Mark_BC,I just watched the video and I certainly agree with some of Mr Still’s assertions.  However, switching to the type of monetary system that he proposes will create more and bigger problems than it solves.
The type of monetary system one favors is determined by how much one stands to benefit or suffer from it individually, and whether you are a net producer or consumer, whether you are a net lender or a borrower, whether you are a spender or a saver, and how one answers questions like “What is economics?”, “What is money?”,  “What is the purpose of money?”, “What characteristics should money have?”, “How much money should there be?”, “What is inflation?”, “Do I want a monetary system that benefits me at someone else’s expense?” to name just a few. It’s not until these questions have been answered that you can answer Mr Still’s question–“Who controls the quantity of money?”
Let’s start by going back to the very basics and defining “economics” and “money”.  I would say that economics is simply “the exchange of goods and services”.  I would define money as “a medium that allows for the efficient exchange of goods and services”.  Money is the means to an end.  Money isn’t really worth anything in and of itself.  It is the goods and services that can be bought with money that really matters.  Money is what one receives in exchange for goods produced or services provided.  Money is also what one gives in exchange for goods or services received.  In other words, money is what allows you to exchange goods and services that you provide for goods and services that are provided by someone else.
Hopefully, there is no disagreement or controversy in these two definitions.  I would like to think that these definitions are universally accepted.  If so, we can move on to “What is the purpose of money?”.  First of all, money should be able to provide a “measure” of value.  Ideally, the amount of money someone is willing to give to you/accept from you in exchange for a particular good or service that you are selling/buying allows you to determine how valuable that good or service is in comparison to other goods and services in the market.  Many, including myself, also feel that money should also provide a “store” of value.  I should be able to save money that I earn today and spend it at a later date without having to worry about a loss of purchasing power due to a general increase in prices.  I should be able to save during my working years in order to eventually retire and live off of those savings.  I should be free to forego spending on goods and services today in order to spend on goods and services at a later date.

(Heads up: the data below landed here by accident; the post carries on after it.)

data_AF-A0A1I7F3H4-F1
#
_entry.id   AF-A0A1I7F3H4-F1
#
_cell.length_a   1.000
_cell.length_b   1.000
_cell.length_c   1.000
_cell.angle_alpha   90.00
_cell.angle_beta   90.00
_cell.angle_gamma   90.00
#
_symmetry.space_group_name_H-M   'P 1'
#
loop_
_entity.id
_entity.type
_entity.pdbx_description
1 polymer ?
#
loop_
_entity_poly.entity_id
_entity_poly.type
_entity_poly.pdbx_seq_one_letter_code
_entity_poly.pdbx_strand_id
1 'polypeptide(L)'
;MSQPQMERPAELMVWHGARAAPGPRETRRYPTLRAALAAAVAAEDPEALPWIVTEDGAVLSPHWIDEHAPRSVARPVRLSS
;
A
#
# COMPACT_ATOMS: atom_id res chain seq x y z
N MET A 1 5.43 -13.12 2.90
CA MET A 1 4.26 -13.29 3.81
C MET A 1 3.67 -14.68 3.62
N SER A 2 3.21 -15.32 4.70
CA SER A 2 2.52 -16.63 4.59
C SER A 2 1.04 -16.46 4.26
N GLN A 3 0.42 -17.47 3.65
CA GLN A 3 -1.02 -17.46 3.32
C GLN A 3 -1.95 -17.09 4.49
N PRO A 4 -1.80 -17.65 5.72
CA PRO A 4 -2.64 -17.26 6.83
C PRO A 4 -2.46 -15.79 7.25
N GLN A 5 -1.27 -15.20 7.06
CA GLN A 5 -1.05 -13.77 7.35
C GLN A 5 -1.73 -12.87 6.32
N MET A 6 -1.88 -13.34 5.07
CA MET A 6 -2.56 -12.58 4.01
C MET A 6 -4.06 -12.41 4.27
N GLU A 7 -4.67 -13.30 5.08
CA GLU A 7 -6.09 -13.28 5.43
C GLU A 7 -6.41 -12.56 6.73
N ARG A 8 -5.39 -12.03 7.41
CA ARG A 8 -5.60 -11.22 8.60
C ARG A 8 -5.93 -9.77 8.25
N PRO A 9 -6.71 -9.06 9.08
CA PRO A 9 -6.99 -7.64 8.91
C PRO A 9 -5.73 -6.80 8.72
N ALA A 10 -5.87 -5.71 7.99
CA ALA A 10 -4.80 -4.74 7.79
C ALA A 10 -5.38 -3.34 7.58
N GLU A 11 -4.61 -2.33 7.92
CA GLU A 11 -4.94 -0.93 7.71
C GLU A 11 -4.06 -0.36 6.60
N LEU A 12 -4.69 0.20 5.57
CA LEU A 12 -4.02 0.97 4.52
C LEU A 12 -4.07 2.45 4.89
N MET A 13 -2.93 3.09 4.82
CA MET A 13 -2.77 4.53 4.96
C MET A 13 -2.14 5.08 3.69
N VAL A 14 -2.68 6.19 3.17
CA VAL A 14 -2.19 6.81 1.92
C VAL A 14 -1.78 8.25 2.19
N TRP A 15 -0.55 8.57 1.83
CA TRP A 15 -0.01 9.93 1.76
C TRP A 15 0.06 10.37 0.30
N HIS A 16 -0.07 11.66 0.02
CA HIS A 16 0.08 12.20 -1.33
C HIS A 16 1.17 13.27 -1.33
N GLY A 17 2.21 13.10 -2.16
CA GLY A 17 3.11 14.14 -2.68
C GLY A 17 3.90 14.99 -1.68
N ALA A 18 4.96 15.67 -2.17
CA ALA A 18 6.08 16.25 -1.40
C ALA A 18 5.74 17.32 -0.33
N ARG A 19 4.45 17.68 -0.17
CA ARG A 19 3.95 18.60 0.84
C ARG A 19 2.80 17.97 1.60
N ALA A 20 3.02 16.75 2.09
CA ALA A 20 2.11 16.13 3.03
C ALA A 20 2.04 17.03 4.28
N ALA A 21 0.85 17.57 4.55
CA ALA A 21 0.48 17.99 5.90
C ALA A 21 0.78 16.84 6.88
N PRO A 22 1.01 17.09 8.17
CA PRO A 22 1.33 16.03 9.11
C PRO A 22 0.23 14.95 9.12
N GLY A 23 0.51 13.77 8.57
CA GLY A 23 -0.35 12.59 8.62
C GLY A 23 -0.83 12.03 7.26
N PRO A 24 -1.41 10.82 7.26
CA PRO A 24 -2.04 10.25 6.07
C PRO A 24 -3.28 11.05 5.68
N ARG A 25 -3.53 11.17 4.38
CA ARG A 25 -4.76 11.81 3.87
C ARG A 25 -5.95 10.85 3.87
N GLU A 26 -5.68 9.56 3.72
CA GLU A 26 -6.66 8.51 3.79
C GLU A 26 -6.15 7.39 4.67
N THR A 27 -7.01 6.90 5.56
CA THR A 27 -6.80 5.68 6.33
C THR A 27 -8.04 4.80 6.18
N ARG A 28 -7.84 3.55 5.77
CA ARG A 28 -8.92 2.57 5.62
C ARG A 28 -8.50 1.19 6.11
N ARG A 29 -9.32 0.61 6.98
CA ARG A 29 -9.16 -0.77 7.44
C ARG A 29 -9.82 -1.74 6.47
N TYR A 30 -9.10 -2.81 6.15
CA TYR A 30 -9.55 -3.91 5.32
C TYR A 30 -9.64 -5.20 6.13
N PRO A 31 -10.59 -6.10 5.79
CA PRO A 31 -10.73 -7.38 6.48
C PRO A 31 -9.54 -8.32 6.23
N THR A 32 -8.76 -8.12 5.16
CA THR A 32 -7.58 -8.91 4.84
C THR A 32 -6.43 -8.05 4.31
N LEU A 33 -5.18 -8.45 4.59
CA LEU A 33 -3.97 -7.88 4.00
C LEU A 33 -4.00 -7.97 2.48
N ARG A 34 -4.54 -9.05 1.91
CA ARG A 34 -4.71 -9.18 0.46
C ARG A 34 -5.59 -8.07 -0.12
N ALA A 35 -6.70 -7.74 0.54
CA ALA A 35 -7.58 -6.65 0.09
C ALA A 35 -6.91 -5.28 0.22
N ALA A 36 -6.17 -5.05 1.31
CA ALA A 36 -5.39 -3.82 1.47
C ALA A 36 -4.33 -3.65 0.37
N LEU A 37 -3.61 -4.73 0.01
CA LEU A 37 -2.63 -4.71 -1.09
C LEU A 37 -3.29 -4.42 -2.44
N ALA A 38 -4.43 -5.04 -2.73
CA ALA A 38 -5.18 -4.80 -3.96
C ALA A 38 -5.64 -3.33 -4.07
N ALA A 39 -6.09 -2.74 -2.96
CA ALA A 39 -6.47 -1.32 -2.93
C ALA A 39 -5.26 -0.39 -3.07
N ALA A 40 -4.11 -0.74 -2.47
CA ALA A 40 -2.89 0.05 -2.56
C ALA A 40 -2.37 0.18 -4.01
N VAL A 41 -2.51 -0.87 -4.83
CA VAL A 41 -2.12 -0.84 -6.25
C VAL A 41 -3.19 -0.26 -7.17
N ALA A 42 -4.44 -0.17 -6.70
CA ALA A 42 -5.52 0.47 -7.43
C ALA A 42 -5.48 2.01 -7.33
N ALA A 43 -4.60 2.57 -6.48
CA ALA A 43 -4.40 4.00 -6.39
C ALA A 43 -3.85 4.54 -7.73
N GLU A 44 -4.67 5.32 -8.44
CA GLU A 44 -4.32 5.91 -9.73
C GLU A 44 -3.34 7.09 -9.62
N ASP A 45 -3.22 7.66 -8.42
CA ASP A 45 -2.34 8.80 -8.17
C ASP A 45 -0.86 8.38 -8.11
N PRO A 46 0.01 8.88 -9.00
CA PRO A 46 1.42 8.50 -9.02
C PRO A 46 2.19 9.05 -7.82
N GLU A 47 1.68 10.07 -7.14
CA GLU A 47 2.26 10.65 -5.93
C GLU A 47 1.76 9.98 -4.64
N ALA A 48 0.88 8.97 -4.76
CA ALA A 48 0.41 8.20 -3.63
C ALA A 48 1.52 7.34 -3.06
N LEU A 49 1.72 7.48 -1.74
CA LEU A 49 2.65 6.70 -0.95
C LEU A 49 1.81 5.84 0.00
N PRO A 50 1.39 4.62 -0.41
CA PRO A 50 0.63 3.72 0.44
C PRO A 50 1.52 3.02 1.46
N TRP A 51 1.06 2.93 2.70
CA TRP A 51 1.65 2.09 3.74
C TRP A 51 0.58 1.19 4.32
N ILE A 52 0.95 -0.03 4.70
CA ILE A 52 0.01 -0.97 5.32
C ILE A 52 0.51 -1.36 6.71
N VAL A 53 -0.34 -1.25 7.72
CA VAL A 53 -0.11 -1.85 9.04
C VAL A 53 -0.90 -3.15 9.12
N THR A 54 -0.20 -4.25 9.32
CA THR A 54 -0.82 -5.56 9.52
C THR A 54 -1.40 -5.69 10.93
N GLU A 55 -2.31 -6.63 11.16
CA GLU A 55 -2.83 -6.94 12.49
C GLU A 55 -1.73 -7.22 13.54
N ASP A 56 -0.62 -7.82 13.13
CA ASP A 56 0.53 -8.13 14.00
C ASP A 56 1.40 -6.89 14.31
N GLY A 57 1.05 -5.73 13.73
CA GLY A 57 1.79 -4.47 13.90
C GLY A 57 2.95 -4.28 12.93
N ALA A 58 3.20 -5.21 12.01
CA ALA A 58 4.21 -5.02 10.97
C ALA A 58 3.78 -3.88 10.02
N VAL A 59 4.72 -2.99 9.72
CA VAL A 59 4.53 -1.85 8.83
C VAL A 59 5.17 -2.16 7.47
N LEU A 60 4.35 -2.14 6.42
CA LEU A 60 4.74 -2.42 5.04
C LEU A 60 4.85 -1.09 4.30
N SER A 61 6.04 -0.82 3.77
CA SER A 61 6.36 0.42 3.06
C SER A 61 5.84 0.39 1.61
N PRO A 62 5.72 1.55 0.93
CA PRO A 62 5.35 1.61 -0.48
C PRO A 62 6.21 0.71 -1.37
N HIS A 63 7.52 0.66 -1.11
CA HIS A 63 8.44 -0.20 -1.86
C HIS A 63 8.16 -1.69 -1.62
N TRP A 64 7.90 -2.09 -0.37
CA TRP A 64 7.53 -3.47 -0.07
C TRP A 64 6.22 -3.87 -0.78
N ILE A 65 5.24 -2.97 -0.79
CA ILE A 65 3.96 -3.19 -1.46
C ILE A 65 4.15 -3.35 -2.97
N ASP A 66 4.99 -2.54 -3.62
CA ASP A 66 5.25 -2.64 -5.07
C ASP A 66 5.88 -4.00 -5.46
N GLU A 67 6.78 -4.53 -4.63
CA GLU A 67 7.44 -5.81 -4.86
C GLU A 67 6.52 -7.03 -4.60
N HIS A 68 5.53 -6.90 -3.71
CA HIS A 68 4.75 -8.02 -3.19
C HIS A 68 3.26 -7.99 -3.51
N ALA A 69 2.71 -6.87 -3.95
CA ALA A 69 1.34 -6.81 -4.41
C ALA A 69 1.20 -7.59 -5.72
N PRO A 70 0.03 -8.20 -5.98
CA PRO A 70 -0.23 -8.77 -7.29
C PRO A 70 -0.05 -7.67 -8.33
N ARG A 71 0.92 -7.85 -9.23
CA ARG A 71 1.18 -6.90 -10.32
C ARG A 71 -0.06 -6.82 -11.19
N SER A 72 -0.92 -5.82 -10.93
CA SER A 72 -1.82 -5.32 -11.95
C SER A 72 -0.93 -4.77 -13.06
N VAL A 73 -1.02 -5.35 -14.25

I’m sure there are some readers who have now started to disagree with me and will claim that saving money hurts the economy and spending money helps the economy as whole by creating jobs, etc.  Some feel it’s important to erode money’s purchasing power over time in order to discourage savings.  That’s okay, we’ll just have to agree to disagree for the time being.  Let’s move on to "What characteristics should money have?'.